by KezraPlanes on May 19, 2011 @ 12:01 pm
This time around I’m taking you guys back to as far as I can trace back RPGs to. I’m talking about 1980, when Richard Garriot created the very first Ultima game. Such was the success of this game that its series would span for over two decades, always delivering awesome RPG experiences and redefining the RPG genre. Ultima: First Age of Darkness was released on numerous platforms, including: DOS, Atari 400, MSX and Commodore 64.
However, you may be wondering, how did someone create a decent RPG back then, if we take into consideration the limitations in game development back then? To put it simply, Garriot was a pioneer and had a huge imagination. So follow me as we delve into: The First Age of Darkness.
This game’s story is about The Avatar (you) coming to the land of Sosaria and saving it from the evil wizard Mondain who has become immortal and terrorizes the land with his hordes of monsters. While I can’t say much more about the plot without getting into spoiler territory, I can however say that back then, this game was a gamer’s dream come true.
It’s a medieval RPG that also involves time travel and space exploration. Now there’s something that hasn’t been replicated in a while! Just don’t expect a complicated plot with marvelous plot twists and wondrous side-characters; since this is a 80′s DOS game, resources and time were hard to come across compared to today’s modern studios. However, what is in the game is very good and though this game really shows its age, it’s still a very fun experience if you have the patience needed to play it from beginning to end.
The gameplay in Ultima: First Age of Darkness is pretty basic but requires you to memorize pretty much every single keybinding. When in the overworld, you move around by pressing the arrow key, attack by pressing the attack button and then the direction in which you want to attack and when you want to enter a castle or town you have to walk over it and then press the enter button. I had to play for hours to get used to it. Besides that there isn’t much to say about the gameplay in Ultima, except that when you enter the dungeon, the first person mode makes it confusing.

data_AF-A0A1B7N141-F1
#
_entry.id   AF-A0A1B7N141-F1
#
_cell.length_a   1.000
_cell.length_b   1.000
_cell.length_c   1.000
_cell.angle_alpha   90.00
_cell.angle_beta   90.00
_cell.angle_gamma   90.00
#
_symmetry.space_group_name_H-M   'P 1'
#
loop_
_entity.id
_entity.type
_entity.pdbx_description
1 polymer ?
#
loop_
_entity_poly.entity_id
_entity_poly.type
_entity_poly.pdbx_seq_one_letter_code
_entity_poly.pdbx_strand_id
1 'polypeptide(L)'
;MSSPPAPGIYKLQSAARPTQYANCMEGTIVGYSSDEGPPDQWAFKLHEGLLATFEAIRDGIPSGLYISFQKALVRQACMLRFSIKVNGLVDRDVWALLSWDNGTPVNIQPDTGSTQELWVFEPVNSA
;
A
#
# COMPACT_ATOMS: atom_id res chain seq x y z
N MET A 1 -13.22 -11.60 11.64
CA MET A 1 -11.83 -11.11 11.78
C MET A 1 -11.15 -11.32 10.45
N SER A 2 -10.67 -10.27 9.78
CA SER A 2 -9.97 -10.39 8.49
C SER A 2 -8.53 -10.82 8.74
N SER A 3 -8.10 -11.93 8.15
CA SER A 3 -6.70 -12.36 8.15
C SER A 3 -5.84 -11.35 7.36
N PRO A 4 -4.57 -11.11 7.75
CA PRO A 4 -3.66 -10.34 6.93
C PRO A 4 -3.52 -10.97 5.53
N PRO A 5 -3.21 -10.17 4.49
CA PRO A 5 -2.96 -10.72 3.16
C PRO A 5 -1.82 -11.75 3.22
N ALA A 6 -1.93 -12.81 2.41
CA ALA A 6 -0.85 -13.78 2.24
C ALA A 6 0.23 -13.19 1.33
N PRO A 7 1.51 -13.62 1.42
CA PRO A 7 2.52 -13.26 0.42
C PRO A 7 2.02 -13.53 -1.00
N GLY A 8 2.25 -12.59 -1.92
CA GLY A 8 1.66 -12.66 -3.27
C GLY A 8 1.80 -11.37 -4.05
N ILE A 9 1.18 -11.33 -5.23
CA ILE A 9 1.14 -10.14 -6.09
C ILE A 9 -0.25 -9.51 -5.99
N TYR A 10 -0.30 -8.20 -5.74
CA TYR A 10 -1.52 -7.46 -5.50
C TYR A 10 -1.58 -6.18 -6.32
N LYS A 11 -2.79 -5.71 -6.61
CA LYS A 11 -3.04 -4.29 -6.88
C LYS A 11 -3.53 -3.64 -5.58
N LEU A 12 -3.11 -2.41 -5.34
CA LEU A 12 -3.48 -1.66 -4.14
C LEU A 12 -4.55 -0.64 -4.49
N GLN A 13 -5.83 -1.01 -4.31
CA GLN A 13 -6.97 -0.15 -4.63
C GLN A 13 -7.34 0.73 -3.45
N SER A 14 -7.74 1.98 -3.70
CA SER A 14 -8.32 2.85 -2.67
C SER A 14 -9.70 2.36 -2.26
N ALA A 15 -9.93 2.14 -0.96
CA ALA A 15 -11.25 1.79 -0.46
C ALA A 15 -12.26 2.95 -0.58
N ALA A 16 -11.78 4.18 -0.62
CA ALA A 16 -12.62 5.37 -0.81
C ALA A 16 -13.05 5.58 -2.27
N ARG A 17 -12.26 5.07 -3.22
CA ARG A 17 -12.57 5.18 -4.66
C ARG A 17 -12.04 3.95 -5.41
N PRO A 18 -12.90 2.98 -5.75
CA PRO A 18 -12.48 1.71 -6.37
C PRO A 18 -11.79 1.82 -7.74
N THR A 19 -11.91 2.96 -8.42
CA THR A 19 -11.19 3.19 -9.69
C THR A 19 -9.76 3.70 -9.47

Graphically, Ultima is as primitive as it can get, especially in the dungeon exploration part. The overworld is made in 2D DOS graphics, but it does look colorful and alive. However, the dungeon crawling part is made in 1st person wireframe graphics which are horrible and confusing. It was the part that I hated the most and where I had the most difficulty, even if in the end when I got out of there, I did so with a really sensation of accomplishment.
Don’t expect any sound or music from this game though, except a few beeps here and there. This game was made long before including any type of music and sound effects was easy, so it just doesn’t have any.
So in conclusion, Ultima: The First Age of Darkness is a really old and aged game, even if it can be fun. It’s only accessible to those who don’t mind entering a time machine and forgetting everything about the current age of gaming and delving into a very old classic. Play it at your discretion, having been warned about what’s really bad about it.
Review written by KezraPlanes/Nuno Sousa
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